The Audi R8 is a luxury car that boasts both comfort and tech features. The frame is made out of aluminum and carbon fiber instead of traditional steel. This Audi Space Frame platform is starting to become foundational in the brand. It also has 4 driving modes to dial in the right tuning for the right time (dynamic, auto, comfort, and individual).
One of the key features of the Audi is its Quattro all-wheel-drive system that can deliver the power wherever it is needed without compromise. No traction in the back? No problem, the front wheels will channel complete power until the rear wheels get some grip. This kind of synergy helps the vehicle act like a wild cheetah rather than a stubborn machine.
Just when you thought that the BMW M4 German sports car had everything that you wanted, along comes the M5. The M5 surpasses the M4’s 444-horsepower engine with a monster 600 ponies. If you upgrade to the competition model, you are gifted with 17 more. The all-wheel-drive system is poised to catch up with the Audi Quattro even if it is a big change for BMW drivers. The 0-60 of this twin-turbo V8 is just a bit slower than the hybrid Porsche Spyder, ringing in at 2.8 seconds flat. Aside from the powertrain, this BMW has all the same smart safety features and interior tech as many other models, which makes it suitable for daily driving.
Audi TT RS
The Audi TT RS is surprisingly sporty for a 5-cylinder. With half the cylinders of the R8, it still manages to output an impressive 400-hp. The Quattro all-wheel-drive system is the secret to squeezing out every ounce of that power and transferring it to the road. The 5-cylinder powerband makes it tame enough to cruise around town but there is plenty of power in the pedal when you need it. The Audi TT RS shines far above the tuned-down performance of others in the Audi TT lineup.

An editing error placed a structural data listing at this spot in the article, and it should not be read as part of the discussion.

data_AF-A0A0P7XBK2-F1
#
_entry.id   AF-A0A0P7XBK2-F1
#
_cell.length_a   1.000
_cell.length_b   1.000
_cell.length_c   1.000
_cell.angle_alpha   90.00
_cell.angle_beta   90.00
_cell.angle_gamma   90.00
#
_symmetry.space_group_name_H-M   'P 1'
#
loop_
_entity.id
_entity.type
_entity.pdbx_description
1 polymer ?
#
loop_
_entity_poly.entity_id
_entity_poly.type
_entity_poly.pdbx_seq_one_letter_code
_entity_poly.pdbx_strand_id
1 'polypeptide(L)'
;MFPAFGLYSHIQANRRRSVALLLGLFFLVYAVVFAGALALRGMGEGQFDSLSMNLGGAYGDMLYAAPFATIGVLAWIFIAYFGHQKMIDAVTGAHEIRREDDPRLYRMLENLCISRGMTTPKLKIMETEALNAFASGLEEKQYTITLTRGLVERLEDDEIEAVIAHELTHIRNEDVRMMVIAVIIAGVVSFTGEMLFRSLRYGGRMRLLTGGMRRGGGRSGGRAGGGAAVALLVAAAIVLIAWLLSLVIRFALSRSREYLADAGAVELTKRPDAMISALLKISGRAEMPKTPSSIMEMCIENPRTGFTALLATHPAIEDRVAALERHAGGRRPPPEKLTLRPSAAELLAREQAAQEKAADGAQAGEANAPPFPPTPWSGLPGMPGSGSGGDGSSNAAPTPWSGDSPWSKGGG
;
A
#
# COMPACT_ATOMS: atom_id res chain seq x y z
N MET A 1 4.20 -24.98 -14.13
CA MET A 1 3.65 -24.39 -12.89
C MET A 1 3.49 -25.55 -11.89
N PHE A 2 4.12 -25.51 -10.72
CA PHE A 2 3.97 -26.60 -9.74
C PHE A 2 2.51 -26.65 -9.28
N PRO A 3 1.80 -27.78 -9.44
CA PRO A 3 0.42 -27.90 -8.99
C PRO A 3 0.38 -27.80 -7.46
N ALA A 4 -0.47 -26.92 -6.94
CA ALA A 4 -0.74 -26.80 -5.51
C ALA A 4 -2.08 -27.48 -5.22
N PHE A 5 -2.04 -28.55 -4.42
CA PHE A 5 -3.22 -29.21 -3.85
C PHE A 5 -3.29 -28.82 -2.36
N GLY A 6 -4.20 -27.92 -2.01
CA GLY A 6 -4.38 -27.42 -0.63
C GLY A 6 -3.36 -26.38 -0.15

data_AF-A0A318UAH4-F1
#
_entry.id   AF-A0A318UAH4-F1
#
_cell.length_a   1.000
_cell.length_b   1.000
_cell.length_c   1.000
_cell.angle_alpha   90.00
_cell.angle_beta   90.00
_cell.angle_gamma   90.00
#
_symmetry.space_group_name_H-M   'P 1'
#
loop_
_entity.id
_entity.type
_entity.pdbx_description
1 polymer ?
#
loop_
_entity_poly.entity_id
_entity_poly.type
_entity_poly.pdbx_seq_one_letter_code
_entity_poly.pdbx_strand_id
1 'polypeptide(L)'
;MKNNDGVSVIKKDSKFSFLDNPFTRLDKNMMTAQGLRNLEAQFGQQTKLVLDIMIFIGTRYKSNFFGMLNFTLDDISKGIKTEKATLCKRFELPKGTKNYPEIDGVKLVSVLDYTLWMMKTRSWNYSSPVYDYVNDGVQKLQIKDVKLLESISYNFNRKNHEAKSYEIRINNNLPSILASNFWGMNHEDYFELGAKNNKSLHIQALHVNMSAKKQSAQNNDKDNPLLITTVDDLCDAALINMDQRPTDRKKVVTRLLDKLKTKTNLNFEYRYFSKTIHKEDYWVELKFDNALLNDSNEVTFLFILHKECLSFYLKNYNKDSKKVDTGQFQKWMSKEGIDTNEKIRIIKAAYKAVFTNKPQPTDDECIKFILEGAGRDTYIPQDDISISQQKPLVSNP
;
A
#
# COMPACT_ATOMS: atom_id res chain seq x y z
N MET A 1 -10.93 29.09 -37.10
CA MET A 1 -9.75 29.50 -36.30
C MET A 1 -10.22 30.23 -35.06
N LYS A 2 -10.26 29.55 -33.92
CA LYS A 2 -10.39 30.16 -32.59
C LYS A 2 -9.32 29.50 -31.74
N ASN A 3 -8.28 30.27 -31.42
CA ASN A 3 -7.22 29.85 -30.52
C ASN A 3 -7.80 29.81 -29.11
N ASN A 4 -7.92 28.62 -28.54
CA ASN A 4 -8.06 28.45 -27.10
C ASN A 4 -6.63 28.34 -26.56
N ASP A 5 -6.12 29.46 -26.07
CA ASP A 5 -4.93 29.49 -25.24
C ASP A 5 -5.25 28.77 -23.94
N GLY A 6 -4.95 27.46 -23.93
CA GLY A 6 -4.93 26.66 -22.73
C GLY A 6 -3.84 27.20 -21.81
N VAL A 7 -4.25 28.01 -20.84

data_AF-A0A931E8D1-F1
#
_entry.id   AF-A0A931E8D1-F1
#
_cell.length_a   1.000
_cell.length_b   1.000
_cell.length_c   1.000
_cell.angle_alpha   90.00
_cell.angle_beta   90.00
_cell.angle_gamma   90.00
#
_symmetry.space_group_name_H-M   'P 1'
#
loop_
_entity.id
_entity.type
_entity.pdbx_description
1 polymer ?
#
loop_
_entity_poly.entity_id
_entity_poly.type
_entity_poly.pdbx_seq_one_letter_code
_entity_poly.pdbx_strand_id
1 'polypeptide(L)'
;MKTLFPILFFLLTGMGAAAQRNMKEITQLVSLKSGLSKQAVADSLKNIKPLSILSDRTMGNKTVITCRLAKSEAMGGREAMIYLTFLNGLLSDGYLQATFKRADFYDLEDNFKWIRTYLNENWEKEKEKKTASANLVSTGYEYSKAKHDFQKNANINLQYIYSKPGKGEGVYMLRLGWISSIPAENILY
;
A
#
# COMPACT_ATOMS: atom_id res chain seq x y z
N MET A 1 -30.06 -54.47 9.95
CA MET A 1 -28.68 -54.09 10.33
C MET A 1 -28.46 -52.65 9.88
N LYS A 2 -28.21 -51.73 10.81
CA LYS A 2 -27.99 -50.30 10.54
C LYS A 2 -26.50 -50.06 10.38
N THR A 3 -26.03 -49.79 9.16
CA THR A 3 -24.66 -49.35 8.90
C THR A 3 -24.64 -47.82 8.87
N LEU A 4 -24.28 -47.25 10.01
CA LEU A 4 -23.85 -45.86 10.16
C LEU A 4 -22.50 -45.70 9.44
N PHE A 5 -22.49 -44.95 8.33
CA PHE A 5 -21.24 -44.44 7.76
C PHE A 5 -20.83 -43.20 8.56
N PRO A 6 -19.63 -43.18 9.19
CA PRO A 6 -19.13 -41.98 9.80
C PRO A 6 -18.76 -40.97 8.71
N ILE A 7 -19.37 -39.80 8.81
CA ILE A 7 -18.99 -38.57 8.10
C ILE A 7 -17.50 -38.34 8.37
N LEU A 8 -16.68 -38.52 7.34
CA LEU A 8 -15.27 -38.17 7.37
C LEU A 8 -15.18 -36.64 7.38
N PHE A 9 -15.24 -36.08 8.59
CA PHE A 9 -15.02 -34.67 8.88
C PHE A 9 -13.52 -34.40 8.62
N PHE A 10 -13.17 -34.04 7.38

Drivers who buy the Audi TT love the styling, power, and fuel economy. You might want to skip this model, however, if you are looking for true 4-passenger space. The rear seats are not very comfortable. They don’t have the diamond-pattern stitching, memory, or ventilation, even if they are decked out in fine leather.
The aluminum trim, infotainment features, and adaptive suspension may make up for the lack of driver-assist safety technology. We feel that the Audi TT RS German sports car provides styling and value that is hard to find with a powerful 5-cylinder that only Audi engineers could pull off. Who else is able to balance an unbalanced engine?
Germany produces some awesome supercars that have styling and performance. While Italian vehicles can feel like wild bulls that have a mind of their own, German sports cars are designed to synchronize with their driver.
German vehicles are built to have very anthropomorphic qualities that combine machines with man into this seamless package. The automatic transmissions are fine-tuned with telepathic shifts. And it seems like the engineers thought of everything in advance when designing the vehicles to meet and surpass your expectations. That is one factor that is hard to quantify with a German car. It is better to simply experience it.